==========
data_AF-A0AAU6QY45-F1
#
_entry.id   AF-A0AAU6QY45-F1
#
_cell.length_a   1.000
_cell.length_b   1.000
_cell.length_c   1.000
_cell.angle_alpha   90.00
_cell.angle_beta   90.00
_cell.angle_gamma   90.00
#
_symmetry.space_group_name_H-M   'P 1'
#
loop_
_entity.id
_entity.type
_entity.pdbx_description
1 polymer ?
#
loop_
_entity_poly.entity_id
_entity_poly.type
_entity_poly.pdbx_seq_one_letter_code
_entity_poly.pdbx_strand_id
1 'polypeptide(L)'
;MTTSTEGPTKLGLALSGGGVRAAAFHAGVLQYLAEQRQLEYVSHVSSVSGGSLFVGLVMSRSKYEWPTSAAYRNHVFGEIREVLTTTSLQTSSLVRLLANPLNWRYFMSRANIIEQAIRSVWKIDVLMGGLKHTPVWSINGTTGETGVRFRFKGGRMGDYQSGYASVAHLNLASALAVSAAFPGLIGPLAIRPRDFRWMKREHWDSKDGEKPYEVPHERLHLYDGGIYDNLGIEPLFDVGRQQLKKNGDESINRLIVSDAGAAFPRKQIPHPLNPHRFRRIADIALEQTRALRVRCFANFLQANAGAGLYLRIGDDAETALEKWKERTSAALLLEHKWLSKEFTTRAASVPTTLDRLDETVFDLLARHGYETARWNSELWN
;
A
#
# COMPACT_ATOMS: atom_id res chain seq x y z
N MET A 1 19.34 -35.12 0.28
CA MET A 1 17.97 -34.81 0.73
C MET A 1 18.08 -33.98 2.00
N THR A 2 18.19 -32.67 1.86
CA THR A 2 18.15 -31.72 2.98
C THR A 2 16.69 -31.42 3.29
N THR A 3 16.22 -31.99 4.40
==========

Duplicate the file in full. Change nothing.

data_AF-A0AAU6QY45-F1
#
_entry.id   AF-A0AAU6QY45-F1
#
_cell.length_a   1.000
_cell.length_b   1.000
_cell.length_c   1.000
_cell.angle_alpha   90.00
_cell.angle_beta   90.00
_cell.angle_gamma   90.00
#
_symmetry.space_group_name_H-M   'P 1'
#
loop_
_entity.id
_entity.type
_entity.pdbx_description
1 polymer ?
#
loop_
_entity_poly.entity_id
_entity_poly.type
_entity_poly.pdbx_seq_one_letter_code
_entity_poly.pdbx_strand_id
1 'polypeptide(L)'
;MTTSTEGPTKLGLALSGGGVRAAAFHAGVLQYLAEQRQLEYVSHVSSVSGGSLFVGLVMSRSKYEWPTSAAYRNHVFGEIREVLTTTSLQTSSLVRLLANPLNWRYFMSRANIIEQAIRSVWKIDVLMGGLKHTPVWSINGTTGETGVRFRFKGGRMGDYQSGYASVAHLNLASALAVSAAFPGLIGPLAIRPRDFRWMKREHWDSKDGEKPYEVPHERLHLYDGGIYDNLGIEPLFDVGRQQLKKNGDESINRLIVSDAGAAFPRKQIPHPLNPHRFRRIADIALEQTRALRVRCFANFLQANAGAGLYLRIGDDAETALEKWKERTSAALLLEHKWLSKEFTTRAASVPTTLDRLDETVFDLLARHGYETARWNSELWN
;
A
#
# COMPACT_ATOMS: atom_id res chain seq x y z
N MET A 1 19.34 -35.12 0.28
CA MET A 1 17.97 -34.81 0.73
C MET A 1 18.08 -33.98 2.00
N THR A 2 18.19 -32.67 1.86
CA THR A 2 18.15 -31.72 2.98
C THR A 2 16.69 -31.42 3.29
N THR A 3 16.22 -31.99 4.40